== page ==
The Green Hornet deserves his due because he was the first masked vigilante of the modern era. He came before Superman, Batman, Spider-Man and even the crimefighting radio version of The Shadow. He was the true renegade, going after the villains who were too smart to be caught by legal means. This, of course, put him at odds with the cops. He did not possess any super powers; he could not fly or bend steel with his bare hands. He did not own an arsenal of fancy gadgetry and he didn’t operate in a secret underground cave. All he had was Kato, a gas gun, a super-fast car and his brains.

One final note… A guy named Martin Grams wrote an extensive book about the Green Hornet in all of his incarnations; radio show, movie serials, TV series and comics. It has always been my dream to read this book, but Mr. Grams refuses to make it available to because he fears it will be pirated. I bought a copy of the book and sent it off to a Bookshare transcriber, but never heard another word. This was five years ago. This is such a niche item that I doubt I will ever get to read it. So, Mr. Grams, you can kiss my ass, ya spalpeen! I hope a real hornet stings you right in the eye!

“I am Awake.”

On New Year’s Eve Day, my dad texted me and said:

“Have been watching Breaking Bad this afternoon. What a mess.”

I didn’t ask him if he meant that in a good or bad way. I merely responded, “That is my fave show of all time.”

It turned out that Dad was watching one of several Breaking Bad marathons that AMC was airing in celebration of the 10-year anniversary of the premier of the series. Today marks the exact anniversary.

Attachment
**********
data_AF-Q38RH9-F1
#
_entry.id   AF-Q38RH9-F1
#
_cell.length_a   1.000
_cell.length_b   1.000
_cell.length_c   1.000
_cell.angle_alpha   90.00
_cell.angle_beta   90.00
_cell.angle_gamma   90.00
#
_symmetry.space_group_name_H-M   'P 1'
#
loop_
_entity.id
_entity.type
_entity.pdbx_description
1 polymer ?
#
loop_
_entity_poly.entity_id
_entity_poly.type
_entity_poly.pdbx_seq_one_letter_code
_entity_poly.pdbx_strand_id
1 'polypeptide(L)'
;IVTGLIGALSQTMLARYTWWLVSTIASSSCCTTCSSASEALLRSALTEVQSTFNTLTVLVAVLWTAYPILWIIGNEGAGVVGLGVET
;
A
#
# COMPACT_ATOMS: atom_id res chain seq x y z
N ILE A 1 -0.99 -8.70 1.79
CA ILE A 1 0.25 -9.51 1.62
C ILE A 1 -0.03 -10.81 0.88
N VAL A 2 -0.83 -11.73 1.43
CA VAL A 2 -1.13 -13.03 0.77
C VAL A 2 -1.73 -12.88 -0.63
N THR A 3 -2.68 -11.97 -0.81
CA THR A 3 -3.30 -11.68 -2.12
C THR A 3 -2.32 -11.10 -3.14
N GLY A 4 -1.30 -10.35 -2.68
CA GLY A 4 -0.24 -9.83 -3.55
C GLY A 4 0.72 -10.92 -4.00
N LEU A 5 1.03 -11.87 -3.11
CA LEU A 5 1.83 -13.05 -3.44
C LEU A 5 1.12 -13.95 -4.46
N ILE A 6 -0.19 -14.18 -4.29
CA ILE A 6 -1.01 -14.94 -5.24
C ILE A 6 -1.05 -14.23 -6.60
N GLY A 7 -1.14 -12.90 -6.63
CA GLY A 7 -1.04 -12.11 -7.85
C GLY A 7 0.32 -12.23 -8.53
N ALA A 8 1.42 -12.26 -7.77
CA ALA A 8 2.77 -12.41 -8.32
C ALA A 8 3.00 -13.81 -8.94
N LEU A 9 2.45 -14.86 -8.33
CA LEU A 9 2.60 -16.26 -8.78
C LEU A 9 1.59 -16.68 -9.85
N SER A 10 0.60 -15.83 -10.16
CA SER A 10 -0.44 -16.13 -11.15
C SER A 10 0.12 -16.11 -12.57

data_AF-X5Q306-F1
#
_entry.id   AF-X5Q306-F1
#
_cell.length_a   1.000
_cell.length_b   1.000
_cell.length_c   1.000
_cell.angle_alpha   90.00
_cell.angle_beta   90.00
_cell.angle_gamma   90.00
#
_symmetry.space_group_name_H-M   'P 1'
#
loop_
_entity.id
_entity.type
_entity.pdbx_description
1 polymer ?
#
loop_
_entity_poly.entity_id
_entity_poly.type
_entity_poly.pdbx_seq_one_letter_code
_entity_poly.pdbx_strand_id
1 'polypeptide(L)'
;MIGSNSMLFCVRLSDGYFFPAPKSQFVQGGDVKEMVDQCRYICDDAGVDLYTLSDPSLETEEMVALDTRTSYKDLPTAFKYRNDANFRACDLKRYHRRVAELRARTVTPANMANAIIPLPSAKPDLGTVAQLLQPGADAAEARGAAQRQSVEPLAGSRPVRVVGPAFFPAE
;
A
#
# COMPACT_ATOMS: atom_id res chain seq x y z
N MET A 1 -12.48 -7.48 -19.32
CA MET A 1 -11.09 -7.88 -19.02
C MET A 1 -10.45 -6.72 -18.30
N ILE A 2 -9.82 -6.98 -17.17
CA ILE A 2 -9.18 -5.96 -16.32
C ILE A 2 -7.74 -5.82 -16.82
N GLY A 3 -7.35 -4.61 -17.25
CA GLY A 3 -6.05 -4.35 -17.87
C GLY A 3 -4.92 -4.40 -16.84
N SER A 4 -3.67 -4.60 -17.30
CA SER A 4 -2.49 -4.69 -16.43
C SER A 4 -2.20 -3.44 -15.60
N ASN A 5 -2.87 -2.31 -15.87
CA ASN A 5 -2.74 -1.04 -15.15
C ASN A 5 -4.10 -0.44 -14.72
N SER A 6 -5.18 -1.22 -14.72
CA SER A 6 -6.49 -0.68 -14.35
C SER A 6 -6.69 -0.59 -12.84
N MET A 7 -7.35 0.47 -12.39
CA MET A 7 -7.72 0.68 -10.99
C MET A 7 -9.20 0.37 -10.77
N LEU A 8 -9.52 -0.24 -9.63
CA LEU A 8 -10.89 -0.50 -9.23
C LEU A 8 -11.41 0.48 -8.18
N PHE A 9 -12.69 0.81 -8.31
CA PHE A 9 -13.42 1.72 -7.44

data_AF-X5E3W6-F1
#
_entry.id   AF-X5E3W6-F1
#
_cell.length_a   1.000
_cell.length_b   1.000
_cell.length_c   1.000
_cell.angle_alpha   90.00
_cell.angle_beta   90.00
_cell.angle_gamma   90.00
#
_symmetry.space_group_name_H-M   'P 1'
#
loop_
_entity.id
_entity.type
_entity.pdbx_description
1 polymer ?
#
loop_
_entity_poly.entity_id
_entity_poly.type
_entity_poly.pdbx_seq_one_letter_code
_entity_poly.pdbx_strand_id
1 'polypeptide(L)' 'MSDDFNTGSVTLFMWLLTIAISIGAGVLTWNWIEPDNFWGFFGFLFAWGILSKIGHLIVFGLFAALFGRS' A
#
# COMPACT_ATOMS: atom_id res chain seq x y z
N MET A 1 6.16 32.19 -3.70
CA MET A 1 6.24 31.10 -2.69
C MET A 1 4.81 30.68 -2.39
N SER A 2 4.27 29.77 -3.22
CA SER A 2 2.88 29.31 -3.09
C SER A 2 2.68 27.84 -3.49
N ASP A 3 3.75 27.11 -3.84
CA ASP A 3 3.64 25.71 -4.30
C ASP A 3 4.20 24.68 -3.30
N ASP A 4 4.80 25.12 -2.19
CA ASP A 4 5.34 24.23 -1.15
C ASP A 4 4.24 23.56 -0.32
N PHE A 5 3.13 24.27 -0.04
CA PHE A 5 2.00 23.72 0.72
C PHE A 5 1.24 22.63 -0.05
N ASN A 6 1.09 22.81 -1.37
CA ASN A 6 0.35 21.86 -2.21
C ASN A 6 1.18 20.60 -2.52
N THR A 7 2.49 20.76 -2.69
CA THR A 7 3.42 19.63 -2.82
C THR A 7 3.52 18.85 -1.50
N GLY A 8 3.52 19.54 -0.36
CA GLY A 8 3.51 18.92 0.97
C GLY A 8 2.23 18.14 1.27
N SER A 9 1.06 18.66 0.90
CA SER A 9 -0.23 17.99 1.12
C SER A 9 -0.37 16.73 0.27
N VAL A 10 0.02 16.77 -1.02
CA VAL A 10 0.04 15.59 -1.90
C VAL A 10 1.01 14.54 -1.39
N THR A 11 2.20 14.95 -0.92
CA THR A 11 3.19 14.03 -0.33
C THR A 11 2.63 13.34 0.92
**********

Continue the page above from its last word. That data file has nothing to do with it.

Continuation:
A little over four years ago, Breaking Bad ended its five-year run. As tribute, I authored three blog entries explaining why, in my opinion, Breaking Bad was (and still is) the best television series ever to be produced.

You guys remember my rather protracted ‘Deep Shadow’ rant? Just imagine three back-to-back entries just as long; maybe longer.

Since then, my old blog disappeared, which caused me to create this one. My attention span, along with that of the entire nation, seems to have diminished in the intervening years. I don’t have the wherewithal to try to replicate those entries. Still, I do think a commemorative tribute to Breaking Bad is in order.

A quick breakdown of BB for those who were under a rock from about 2010 through 2013. Breaking Bad tells the story of Walter White (Bryan Cranston), an over-qualified high school chemistry teacher who discovers that he has lung cancer. In order to provide for his family when/if he succumbs, he decides to partner up with a former student, Jesse Pinkman (Aaron Paul), and cook crystal meth. This leads to all manner of chicanery as Walt and Jesse rise from two bumbling fools cooking in an RV in the desert to Walt assuming the position as the most powerful drug kingpin in the greater Southwest. Meanwhile, Walt has to duck his brother-in-law, Hank (Dean Norris), who just happens to be a DEA agent, as well as his wife, Skyler (Anna Gunn), who is not the typical clueless or willfully ignorant TV wife of other crime shows.

Why is Breaking Bad the best show of all time, in my view? There are many reasons. The biggest also serves as the chief metaphor of the show; chemistry.

Why was the original Star Wars movie such a sensation? Talent had a lot to do with it, but it was as much about timing. America was in a bit of a blue funk in the latter half of the ‘70’s and a movie about a hopeful battle against an evil galactic empire was just the thing the country needed to spark its collective imagination.